Public Health & Recreation

Patience Island Rabbit Tests Positive for Highly Contagious Bacteria


A New England cottontail rabbit in Rhode Island recently tested positive for tularemia. (DEM)

A New England cottontail rabbit on Rhode Island’s Patience Island recently tested positive for tularemia, a highly infectious bacteria that affects humans, pets, and a wide range of wildlife species, especially rabbits and squirrels.

Located off the northwest coast of Prudence Island in Portsmouth, Patience Island is currently home to a New England cottontail rabbit population, a candidate species for federal endangered species protection. The rabbits on Patience Island have been used as a source for stocking rabbits throughout their historic range from Maine to New York.

As part of this large-scale regional effort, Rhode Island Department of Environmental Management (DEM) staff annually trap rabbits to move to areas throughout the region to bolster declining populations. All rabbits trapped on Patience Island are given a general health evaluation.

On Jan. 27 a male New England cottontail was captured on Patience Island to be part of a restoration. This rabbit died Feb. 3 while being prepared for release. The rabbit was necropsied Feb. 4 and a positive test for tularemia was returned March 3, according to DEM.

Tularemia, or rabbit fever, is spread by biting flies, mosquitoes, and ticks, and by contact with infected animals. Tularemia can also be spread through inhalation or ingestion of bacteria particles, and as few as 10 to 50 particles can cause an infection. Tularemia isn’t known to be spread person to person.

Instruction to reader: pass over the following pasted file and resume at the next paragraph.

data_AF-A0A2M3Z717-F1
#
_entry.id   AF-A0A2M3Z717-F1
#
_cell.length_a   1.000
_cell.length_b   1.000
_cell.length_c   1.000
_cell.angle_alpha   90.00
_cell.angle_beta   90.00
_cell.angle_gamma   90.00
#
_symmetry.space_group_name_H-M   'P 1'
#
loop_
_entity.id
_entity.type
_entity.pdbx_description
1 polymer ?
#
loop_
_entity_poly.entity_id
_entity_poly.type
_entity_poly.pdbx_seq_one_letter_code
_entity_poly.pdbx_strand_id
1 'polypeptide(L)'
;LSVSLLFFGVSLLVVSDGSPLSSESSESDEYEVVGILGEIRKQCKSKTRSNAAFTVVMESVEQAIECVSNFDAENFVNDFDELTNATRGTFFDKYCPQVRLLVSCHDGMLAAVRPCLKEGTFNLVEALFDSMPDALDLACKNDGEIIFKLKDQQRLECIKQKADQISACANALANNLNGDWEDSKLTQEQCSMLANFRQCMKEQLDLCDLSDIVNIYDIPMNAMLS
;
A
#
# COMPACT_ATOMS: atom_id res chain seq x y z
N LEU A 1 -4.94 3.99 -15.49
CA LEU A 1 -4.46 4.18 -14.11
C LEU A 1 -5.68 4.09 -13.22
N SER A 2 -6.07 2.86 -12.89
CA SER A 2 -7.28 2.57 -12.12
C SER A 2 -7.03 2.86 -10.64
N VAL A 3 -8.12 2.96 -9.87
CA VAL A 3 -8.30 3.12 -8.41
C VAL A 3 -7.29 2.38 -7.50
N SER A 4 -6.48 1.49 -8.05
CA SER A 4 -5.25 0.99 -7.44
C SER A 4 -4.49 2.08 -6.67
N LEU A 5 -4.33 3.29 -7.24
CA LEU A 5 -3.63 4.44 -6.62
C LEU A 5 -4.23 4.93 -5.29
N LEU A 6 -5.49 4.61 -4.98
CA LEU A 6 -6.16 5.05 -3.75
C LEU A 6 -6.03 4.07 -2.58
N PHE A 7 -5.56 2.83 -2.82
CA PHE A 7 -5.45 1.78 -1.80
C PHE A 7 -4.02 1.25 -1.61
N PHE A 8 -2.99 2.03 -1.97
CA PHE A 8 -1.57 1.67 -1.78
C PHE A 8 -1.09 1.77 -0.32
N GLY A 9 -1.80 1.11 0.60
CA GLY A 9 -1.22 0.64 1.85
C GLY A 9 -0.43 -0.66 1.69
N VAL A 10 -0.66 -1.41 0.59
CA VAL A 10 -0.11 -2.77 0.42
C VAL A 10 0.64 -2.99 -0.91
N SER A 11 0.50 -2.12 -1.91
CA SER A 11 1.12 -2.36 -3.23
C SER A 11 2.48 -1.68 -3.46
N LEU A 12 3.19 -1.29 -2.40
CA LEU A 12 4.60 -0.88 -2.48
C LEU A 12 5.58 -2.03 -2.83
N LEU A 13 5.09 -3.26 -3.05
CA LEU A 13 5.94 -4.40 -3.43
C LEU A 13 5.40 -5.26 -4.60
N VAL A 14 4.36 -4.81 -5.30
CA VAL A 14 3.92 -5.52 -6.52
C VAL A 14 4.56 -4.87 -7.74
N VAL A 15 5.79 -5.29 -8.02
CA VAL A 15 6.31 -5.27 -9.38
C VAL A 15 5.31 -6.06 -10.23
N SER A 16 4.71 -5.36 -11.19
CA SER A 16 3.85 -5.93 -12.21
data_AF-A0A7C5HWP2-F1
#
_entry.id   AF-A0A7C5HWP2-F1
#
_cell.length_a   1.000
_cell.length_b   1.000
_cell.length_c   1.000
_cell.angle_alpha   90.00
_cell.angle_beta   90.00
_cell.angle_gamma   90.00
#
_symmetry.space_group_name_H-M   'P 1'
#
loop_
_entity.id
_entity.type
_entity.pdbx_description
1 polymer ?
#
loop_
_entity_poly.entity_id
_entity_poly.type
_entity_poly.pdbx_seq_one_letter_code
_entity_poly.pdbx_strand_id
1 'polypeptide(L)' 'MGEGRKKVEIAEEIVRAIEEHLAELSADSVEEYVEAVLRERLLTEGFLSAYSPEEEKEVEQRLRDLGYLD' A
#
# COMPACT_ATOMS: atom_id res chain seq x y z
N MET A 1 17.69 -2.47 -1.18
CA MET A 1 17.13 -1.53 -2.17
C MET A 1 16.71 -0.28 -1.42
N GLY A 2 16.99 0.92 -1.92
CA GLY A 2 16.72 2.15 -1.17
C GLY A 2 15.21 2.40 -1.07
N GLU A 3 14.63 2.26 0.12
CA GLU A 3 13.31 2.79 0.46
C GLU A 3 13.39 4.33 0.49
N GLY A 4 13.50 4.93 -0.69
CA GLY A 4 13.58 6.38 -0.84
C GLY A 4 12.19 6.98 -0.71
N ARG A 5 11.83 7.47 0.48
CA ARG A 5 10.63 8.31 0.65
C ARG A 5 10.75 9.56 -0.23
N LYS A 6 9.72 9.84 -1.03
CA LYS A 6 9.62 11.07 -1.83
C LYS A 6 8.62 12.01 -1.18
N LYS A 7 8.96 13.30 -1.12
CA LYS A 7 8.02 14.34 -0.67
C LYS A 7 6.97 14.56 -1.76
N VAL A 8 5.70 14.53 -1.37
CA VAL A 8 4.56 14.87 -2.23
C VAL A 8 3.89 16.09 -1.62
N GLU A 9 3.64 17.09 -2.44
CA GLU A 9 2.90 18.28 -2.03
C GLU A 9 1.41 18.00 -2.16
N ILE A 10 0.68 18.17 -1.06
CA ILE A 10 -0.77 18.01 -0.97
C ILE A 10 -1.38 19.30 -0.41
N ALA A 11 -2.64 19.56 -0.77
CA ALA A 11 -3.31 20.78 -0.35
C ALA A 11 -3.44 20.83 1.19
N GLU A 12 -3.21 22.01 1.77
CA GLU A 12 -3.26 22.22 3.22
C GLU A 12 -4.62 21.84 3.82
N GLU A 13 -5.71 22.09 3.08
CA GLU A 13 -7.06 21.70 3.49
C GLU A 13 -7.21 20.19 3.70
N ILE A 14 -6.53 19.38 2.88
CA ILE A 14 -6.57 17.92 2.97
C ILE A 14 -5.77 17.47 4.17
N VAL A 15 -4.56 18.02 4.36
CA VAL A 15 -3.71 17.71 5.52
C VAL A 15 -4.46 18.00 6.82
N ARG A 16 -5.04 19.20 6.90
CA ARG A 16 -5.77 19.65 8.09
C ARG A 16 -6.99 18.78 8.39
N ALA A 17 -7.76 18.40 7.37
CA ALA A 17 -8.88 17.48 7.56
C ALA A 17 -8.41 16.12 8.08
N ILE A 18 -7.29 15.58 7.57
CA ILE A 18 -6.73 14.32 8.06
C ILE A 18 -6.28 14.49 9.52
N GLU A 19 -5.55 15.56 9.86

Tularemia is rare and only one human case has been reported in Rhode Island since 2008. Symptoms include fever, skin ulcers, and enlargement of lymph nodes. Tularemia is a treatable infection; however, if left untreated it can be fatal to humans, pets, and wildlife.

DEM is warning people to avoid being bitten by insects or any contact with wildlife while on Patience Island. Ticks that transmit tularemia to humans include the dog tick, the wood tick, and the lone star tick.

The Rhode Island Department of Health recommends: avoiding wooded and brushy areas with high grass and leaves; wearing long pants and long-sleeve shirts when outside; tucking your pants into your socks so ticks don’t crawl under your clothes; wearing light-colored clothing so you can see ticks more easily; taking a shower as soon as you come inside if you have been in grassy or wooded areas; doing a full-body tick check using a mirror and parents should check their kids for ticks and pay special attention to the area in and around the ears, in the belly button, behind the knees, between the legs, around the waist, and in their hair; and checking your pets for ticks because they can bring ticks into the home.

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